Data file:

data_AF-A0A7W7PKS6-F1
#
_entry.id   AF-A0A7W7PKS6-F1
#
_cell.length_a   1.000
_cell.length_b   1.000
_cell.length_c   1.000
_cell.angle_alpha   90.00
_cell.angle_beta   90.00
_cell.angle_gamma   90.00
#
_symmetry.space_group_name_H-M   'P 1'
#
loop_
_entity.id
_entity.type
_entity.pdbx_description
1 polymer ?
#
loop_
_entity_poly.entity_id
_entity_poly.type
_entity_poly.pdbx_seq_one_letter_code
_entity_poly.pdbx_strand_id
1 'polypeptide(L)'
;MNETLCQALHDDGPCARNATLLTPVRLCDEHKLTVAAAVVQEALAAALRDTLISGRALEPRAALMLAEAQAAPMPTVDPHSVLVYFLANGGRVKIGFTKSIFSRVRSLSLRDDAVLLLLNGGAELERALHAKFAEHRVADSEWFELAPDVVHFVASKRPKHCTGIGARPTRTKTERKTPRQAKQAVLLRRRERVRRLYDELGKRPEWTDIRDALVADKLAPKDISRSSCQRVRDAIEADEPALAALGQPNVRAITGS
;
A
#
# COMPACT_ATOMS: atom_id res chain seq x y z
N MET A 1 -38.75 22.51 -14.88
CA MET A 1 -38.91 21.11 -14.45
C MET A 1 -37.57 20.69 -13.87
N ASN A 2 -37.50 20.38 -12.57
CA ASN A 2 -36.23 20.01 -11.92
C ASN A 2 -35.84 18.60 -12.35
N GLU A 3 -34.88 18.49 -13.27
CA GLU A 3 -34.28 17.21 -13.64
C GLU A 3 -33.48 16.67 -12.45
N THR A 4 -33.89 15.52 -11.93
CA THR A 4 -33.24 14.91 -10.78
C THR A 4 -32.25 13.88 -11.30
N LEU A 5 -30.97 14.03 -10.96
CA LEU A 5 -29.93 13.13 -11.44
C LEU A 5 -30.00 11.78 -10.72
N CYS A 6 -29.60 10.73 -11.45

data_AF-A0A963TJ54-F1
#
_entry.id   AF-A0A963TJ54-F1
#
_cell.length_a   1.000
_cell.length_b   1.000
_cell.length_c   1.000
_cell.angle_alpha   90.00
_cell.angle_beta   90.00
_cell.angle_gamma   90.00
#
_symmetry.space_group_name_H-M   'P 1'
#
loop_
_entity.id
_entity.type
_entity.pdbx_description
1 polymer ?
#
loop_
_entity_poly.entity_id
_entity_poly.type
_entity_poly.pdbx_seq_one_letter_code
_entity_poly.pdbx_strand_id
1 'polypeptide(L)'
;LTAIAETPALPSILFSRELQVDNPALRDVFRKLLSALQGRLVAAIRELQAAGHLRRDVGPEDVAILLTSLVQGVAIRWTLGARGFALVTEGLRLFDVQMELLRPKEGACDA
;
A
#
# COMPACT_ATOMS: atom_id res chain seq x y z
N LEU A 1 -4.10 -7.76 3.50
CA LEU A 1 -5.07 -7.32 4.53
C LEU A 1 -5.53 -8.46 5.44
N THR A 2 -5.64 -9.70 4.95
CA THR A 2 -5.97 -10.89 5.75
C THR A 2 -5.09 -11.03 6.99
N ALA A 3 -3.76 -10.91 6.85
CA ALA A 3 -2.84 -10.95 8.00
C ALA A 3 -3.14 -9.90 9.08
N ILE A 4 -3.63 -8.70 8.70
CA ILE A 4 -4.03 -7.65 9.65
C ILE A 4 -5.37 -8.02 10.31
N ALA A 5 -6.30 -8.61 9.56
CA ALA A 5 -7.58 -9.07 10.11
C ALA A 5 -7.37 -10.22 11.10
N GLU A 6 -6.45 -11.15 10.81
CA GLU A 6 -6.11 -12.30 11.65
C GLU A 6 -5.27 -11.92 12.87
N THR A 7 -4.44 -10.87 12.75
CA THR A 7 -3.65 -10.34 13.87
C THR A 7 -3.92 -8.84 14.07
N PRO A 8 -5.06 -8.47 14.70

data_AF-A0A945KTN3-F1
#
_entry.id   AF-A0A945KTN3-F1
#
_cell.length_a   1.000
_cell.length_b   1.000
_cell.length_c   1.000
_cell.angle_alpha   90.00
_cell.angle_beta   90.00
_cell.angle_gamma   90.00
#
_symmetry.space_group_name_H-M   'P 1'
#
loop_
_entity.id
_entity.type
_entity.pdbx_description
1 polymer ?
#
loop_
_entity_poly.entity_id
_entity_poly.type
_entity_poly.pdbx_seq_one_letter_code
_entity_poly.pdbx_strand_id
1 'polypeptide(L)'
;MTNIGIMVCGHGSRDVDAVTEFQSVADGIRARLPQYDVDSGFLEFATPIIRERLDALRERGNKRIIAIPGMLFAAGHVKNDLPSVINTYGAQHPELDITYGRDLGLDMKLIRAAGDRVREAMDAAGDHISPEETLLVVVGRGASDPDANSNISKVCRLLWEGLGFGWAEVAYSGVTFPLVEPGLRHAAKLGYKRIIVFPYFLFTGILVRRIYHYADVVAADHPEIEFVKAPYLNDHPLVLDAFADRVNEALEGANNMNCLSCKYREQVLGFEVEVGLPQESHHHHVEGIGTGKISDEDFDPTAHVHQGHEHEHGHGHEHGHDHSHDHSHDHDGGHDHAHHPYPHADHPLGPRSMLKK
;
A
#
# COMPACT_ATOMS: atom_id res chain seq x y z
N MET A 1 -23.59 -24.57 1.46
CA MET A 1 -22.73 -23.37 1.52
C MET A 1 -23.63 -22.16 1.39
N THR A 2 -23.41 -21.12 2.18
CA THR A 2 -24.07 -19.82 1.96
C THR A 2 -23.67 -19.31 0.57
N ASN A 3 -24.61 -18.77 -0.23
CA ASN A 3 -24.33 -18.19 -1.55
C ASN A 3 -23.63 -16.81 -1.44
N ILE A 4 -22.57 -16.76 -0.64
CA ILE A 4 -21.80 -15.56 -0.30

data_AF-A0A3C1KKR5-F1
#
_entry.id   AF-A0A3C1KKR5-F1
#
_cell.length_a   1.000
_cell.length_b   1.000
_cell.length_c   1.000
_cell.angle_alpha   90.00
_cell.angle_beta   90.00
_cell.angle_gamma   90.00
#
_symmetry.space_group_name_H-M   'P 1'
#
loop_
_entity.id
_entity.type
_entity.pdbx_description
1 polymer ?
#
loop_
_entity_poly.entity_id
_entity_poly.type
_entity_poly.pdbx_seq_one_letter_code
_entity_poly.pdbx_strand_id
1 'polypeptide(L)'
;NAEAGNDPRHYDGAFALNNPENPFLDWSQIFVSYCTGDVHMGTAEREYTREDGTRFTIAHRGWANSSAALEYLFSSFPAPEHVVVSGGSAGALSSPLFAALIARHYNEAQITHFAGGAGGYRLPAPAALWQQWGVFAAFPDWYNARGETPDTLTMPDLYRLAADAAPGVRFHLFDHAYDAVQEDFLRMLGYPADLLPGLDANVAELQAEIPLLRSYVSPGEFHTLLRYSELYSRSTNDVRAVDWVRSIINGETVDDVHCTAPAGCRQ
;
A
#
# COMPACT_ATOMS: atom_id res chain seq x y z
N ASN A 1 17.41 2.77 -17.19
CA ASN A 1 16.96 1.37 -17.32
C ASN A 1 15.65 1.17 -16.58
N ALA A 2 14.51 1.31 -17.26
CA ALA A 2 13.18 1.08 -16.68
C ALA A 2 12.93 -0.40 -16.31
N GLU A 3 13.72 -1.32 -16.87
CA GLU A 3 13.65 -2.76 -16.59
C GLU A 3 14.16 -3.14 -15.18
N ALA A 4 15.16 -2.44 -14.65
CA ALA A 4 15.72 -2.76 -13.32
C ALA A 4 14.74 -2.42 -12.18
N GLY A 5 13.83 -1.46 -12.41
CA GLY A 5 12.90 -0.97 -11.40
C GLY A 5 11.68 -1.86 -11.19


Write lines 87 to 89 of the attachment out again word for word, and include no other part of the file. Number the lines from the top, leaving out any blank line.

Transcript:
CA ILE A 4 -4.03 -7.65 9.65
C ILE A 4 -5.37 -8.02 10.31
N ALA A 5 -6.30 -8.61 9.56